All Hallows (meaning 'all saints'), which dates to AD 675, survived virtually unscathed by the Great Fire, only to be hit by German bombs in 1940. Come to see the church itself, by all means, but the best bits are in the atmospheric undercroft (crypt), where you’ll the discover a pavement of 2nd-century Roman tiles and the walls of the 7th-century Saxon church.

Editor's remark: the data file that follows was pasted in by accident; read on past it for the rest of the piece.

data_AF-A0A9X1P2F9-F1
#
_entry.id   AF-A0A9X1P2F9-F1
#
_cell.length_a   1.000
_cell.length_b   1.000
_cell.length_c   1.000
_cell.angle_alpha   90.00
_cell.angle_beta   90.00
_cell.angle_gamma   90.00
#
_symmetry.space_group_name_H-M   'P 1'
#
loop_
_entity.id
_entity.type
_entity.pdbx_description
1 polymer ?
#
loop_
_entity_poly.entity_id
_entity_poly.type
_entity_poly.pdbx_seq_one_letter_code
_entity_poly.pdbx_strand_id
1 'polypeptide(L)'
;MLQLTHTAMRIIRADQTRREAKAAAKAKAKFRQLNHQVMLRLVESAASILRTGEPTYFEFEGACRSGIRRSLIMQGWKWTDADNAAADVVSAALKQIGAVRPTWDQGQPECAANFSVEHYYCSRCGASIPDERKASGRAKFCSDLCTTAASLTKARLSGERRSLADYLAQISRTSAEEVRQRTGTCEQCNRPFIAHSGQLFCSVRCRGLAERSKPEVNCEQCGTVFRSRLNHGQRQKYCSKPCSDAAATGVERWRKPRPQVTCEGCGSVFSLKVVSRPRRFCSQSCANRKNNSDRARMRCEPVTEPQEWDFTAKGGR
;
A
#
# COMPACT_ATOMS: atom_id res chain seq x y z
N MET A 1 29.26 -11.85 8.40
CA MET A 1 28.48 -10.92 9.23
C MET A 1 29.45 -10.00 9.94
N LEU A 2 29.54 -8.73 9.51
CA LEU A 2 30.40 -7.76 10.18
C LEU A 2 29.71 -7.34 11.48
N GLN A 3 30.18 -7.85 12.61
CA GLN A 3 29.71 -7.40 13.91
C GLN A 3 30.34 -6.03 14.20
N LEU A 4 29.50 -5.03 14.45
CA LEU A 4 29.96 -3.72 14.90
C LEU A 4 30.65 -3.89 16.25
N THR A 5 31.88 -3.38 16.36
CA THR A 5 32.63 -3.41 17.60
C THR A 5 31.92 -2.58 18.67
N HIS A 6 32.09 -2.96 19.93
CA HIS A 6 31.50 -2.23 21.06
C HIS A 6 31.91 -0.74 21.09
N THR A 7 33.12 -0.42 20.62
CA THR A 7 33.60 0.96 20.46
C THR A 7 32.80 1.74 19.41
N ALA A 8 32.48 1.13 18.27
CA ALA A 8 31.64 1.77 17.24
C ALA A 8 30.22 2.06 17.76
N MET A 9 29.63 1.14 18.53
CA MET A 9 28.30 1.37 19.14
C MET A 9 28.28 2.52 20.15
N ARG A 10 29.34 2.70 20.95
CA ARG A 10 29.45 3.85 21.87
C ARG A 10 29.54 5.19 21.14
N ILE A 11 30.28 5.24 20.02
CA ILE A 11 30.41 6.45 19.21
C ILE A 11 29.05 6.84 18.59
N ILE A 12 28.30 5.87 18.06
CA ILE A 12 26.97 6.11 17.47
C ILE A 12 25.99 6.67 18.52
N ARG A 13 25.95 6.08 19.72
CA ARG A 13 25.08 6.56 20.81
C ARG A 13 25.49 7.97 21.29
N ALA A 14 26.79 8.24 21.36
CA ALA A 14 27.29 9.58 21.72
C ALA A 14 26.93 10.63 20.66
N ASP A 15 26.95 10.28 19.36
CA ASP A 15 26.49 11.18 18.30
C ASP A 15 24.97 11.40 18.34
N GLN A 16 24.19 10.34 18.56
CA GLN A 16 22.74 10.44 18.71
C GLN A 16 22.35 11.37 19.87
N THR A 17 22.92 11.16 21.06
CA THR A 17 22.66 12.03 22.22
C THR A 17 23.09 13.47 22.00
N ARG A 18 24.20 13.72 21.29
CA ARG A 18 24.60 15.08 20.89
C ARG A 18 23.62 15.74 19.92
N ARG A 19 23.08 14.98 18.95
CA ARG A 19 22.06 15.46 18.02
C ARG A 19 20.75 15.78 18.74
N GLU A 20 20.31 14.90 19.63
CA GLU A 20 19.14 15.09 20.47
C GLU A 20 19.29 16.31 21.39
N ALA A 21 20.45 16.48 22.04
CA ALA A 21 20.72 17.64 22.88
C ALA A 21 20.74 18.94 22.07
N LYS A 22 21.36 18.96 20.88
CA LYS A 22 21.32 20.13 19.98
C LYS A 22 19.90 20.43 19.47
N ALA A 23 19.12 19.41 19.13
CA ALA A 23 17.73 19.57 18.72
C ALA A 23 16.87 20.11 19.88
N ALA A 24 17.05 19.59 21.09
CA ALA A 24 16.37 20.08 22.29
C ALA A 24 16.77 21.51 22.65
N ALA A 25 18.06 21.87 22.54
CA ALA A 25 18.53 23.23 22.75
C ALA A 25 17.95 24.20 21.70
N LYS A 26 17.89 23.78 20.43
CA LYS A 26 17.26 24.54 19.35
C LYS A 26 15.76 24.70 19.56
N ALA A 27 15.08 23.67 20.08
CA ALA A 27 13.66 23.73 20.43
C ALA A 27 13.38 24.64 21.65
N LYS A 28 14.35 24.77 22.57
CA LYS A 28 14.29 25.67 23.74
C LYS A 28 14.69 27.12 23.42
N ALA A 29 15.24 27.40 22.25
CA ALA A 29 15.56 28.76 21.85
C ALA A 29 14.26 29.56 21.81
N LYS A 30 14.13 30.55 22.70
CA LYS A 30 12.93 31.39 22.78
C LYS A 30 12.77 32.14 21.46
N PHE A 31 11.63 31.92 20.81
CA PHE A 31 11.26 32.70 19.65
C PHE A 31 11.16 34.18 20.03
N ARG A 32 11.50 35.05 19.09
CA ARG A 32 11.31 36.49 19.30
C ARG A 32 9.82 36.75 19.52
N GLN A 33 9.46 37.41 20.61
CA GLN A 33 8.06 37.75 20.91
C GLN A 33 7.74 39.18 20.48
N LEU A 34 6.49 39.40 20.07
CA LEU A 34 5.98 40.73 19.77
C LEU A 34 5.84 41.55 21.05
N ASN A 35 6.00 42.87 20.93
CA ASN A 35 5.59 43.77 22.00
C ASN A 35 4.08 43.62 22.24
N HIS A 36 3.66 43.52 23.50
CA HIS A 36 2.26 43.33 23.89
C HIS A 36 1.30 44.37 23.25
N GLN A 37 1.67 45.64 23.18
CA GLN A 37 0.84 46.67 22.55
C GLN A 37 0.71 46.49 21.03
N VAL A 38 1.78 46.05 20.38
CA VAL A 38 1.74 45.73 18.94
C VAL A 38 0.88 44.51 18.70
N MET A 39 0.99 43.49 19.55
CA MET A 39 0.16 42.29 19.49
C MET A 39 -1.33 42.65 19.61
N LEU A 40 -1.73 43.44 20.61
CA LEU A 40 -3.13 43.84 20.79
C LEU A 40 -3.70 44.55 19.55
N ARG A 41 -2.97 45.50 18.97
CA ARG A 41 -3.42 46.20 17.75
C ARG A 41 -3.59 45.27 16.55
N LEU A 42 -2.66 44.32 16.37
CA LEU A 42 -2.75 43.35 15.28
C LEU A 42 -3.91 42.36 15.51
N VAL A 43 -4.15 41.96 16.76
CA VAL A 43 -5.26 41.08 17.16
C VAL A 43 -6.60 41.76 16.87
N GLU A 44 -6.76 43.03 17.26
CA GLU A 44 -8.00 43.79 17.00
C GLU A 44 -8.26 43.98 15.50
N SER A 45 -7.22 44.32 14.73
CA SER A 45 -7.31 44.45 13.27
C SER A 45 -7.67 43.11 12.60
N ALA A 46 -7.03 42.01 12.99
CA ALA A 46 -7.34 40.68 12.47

In the nave, note the pulpit taken from a Wren church on Cannon St that was destroyed in WWII and, by the south door, a Saxon archway and a beautiful 17th-century font cover decorated by the master woodcarver Grinling Gibbons. The church has two strong American connections: William Penn, founder of Pennsylvania, was baptised here in 1644 and schooled in what is now the Parish Room; and John Quincy Adams, sixth president of the USA, was married here in 1797. Free 20-minute tours depart at 2pm Monday to Friday from April to October.